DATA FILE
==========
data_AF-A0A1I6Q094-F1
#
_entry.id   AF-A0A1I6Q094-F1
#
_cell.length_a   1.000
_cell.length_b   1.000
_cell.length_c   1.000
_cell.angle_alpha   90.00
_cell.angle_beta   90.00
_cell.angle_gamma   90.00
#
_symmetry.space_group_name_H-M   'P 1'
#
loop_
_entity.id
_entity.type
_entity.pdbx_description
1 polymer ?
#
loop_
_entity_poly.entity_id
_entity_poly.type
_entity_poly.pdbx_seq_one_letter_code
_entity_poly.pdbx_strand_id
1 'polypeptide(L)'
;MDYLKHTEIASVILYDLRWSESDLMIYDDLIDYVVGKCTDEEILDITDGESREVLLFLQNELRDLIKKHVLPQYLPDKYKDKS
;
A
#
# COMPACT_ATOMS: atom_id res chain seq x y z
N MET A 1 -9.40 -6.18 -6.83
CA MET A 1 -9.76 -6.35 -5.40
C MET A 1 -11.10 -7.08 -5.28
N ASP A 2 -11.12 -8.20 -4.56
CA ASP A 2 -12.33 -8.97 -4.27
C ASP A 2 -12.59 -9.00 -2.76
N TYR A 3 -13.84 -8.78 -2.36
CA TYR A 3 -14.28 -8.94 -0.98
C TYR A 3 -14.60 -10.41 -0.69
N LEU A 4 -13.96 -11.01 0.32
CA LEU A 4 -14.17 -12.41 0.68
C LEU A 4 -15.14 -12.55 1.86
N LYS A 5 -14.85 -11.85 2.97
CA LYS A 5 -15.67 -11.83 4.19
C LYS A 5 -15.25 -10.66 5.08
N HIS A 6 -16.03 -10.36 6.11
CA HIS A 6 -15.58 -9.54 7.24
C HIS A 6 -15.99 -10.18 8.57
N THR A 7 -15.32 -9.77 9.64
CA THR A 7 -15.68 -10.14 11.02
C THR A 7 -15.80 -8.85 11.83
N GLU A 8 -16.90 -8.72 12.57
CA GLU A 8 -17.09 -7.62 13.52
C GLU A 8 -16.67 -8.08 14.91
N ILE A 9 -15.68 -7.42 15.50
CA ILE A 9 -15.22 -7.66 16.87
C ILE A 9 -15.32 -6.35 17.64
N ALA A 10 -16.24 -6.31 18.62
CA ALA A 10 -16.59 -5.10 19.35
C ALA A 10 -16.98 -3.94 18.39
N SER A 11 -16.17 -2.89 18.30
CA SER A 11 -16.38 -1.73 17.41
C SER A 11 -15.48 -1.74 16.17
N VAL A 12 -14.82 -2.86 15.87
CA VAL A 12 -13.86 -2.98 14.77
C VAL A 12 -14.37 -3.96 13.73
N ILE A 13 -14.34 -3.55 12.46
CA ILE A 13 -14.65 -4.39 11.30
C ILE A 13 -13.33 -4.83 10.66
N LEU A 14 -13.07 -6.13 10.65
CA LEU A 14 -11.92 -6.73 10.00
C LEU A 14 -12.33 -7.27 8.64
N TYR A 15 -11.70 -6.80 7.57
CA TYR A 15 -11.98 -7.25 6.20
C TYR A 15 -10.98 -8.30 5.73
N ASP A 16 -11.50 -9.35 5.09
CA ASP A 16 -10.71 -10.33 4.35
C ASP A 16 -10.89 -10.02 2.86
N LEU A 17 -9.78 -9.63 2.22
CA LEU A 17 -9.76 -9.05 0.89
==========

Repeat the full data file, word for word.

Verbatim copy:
data_AF-A0A1I6Q094-F1
#
_entry.id   AF-A0A1I6Q094-F1
#
_cell.length_a   1.000
_cell.length_b   1.000
_cell.length_c   1.000
_cell.angle_alpha   90.00
_cell.angle_beta   90.00
_cell.angle_gamma   90.00
#
_symmetry.space_group_name_H-M   'P 1'
#
loop_
_entity.id
_entity.type
_entity.pdbx_description
1 polymer ?
#
loop_
_entity_poly.entity_id
_entity_poly.type
_entity_poly.pdbx_seq_one_letter_code
_entity_poly.pdbx_strand_id
1 'polypeptide(L)'
;MDYLKHTEIASVILYDLRWSESDLMIYDDLIDYVVGKCTDEEILDITDGESREVLLFLQNELRDLIKKHVLPQYLPDKYKDKS
;
A
#
# COMPACT_ATOMS: atom_id res chain seq x y z
N MET A 1 -9.40 -6.18 -6.83
CA MET A 1 -9.76 -6.35 -5.40
C MET A 1 -11.10 -7.08 -5.28
N ASP A 2 -11.12 -8.20 -4.56
CA ASP A 2 -12.33 -8.97 -4.27
C ASP A 2 -12.59 -9.00 -2.76
N TYR A 3 -13.84 -8.78 -2.36
CA TYR A 3 -14.28 -8.94 -0.98
C TYR A 3 -14.60 -10.41 -0.69
N LEU A 4 -13.96 -11.01 0.32
CA LEU A 4 -14.17 -12.41 0.68
C LEU A 4 -15.14 -12.55 1.86
N LYS A 5 -14.85 -11.85 2.97
CA LYS A 5 -15.67 -11.83 4.19
C LYS A 5 -15.25 -10.66 5.08
N HIS A 6 -16.03 -10.36 6.11
CA HIS A 6 -15.58 -9.54 7.24
C HIS A 6 -15.99 -10.18 8.57
N THR A 7 -15.32 -9.77 9.64
CA THR A 7 -15.68 -10.14 11.02
C THR A 7 -15.80 -8.85 11.83
N GLU A 8 -16.90 -8.72 12.57
CA GLU A 8 -17.09 -7.62 13.52
C GLU A 8 -16.67 -8.08 14.91
N ILE A 9 -15.68 -7.42 15.50
CA ILE A 9 -15.22 -7.66 16.87
C ILE A 9 -15.32 -6.35 17.64
N ALA A 10 -16.24 -6.31 18.62
CA ALA A 10 -16.59 -5.10 19.35
C ALA A 10 -16.98 -3.94 18.39
N SER A 11 -16.17 -2.89 18.30
CA SER A 11 -16.38 -1.73 17.41
C SER A 11 -15.48 -1.74 16.17
N VAL A 12 -14.82 -2.86 15.87
CA VAL A 12 -13.86 -2.98 14.77
C VAL A 12 -14.37 -3.96 13.73
N ILE A 13 -14.34 -3.55 12.46
CA ILE A 13 -14.65 -4.39 11.30
C ILE A 13 -13.33 -4.83 10.66
N LEU A 14 -13.07 -6.13 10.65
CA LEU A 14 -11.92 -6.73 10.00
C LEU A 14 -12.33 -7.27 8.64
N TYR A 15 -11.70 -6.80 7.57
CA TYR A 15 -11.98 -7.25 6.20
C TYR A 15 -10.98 -8.30 5.73
N ASP A 16 -11.50 -9.35 5.09
CA ASP A 16 -10.71 -10.33 4.35
C ASP A 16 -10.89 -10.02 2.86
N LEU A 17 -9.78 -9.63 2.22
CA LEU A 17 -9.76 -9.05 0.89